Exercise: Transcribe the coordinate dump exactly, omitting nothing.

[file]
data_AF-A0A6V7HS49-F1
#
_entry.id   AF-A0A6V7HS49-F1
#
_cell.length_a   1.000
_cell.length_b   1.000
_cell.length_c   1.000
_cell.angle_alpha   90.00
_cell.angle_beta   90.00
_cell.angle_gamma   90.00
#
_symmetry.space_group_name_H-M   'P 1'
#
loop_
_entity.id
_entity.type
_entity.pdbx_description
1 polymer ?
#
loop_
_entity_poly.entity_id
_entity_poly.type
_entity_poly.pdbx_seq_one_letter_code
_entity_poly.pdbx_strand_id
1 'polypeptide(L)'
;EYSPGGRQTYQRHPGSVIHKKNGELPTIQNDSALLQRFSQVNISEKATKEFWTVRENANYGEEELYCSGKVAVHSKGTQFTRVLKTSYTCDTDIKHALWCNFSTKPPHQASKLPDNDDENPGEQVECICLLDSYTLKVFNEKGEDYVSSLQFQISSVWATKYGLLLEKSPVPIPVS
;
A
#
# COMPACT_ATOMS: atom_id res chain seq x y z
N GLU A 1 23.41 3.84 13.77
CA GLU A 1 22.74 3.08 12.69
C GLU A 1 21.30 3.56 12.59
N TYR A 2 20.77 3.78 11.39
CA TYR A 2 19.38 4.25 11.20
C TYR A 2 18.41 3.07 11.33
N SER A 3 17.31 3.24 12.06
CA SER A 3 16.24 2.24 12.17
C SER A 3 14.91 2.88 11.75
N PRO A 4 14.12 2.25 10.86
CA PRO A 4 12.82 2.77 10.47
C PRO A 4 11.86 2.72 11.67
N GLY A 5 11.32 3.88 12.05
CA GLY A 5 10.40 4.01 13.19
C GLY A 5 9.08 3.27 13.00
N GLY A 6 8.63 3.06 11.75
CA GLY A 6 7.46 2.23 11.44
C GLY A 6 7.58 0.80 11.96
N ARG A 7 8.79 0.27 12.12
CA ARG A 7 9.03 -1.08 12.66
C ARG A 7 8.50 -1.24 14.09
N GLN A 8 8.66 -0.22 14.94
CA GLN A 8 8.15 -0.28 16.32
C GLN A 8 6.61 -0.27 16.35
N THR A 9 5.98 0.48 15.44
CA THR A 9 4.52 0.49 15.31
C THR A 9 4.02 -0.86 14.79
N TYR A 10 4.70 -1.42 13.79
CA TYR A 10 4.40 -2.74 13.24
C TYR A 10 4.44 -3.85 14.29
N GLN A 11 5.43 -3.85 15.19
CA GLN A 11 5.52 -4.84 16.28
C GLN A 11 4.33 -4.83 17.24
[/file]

data_AF-A0A6V7HS49-F1
#
_entry.id   AF-A0A6V7HS49-F1
#
_cell.length_a   1.000
_cell.length_b   1.000
_cell.length_c   1.000
_cell.angle_alpha   90.00
_cell.angle_beta   90.00
_cell.angle_gamma   90.00
#
_symmetry.space_group_name_H-M   'P 1'
#
loop_
_entity.id
_entity.type
_entity.pdbx_description
1 polymer ?
#
loop_
_entity_poly.entity_id
_entity_poly.type
_entity_poly.pdbx_seq_one_letter_code
_entity_poly.pdbx_strand_id
1 'polypeptide(L)'
;EYSPGGRQTYQRHPGSVIHKKNGELPTIQNDSALLQRFSQVNISEKATKEFWTVRENANYGEEELYCSGKVAVHSKGTQFTRVLKTSYTCDTDIKHALWCNFSTKPPHQASKLPDNDDENPGEQVECICLLDSYTLKVFNEKGEDYVSSLQFQISSVWATKYGLLLEKSPVPIPVS
;
A
#
# COMPACT_ATOMS: atom_id res chain seq x y z
N GLU A 1 23.41 3.84 13.77
CA GLU A 1 22.74 3.08 12.69
C GLU A 1 21.30 3.56 12.59
N TYR A 2 20.77 3.78 11.39
CA TYR A 2 19.38 4.25 11.20
C TYR A 2 18.41 3.07 11.33
N SER A 3 17.31 3.24 12.06
CA SER A 3 16.24 2.24 12.17
C SER A 3 14.91 2.88 11.75
N PRO A 4 14.12 2.25 10.86
CA PRO A 4 12.82 2.77 10.47
C PRO A 4 11.86 2.72 11.67
N GLY A 5 11.32 3.88 12.05
CA GLY A 5 10.40 4.01 13.19
C GLY A 5 9.08 3.27 13.00
N GLY A 6 8.63 3.06 11.75
CA GLY A 6 7.46 2.23 11.44
C GLY A 6 7.58 0.80 11.96
N ARG A 7 8.79 0.27 12.12
CA ARG A 7 9.03 -1.08 12.66
C ARG A 7 8.50 -1.24 14.09
N GLN A 8 8.66 -0.22 14.94
CA GLN A 8 8.15 -0.28 16.32
C GLN A 8 6.61 -0.27 16.35
N THR A 9 5.98 0.48 15.44
CA THR A 9 4.52 0.49 15.31
C THR A 9 4.02 -0.86 14.79
N TYR A 10 4.70 -1.42 13.79
CA TYR A 10 4.40 -2.74 13.24
C TYR A 10 4.44 -3.85 14.29
N GLN A 11 5.43 -3.85 15.19
CA GLN A 11 5.52 -4.84 16.28
C GLN A 11 4.33 -4.83 17.24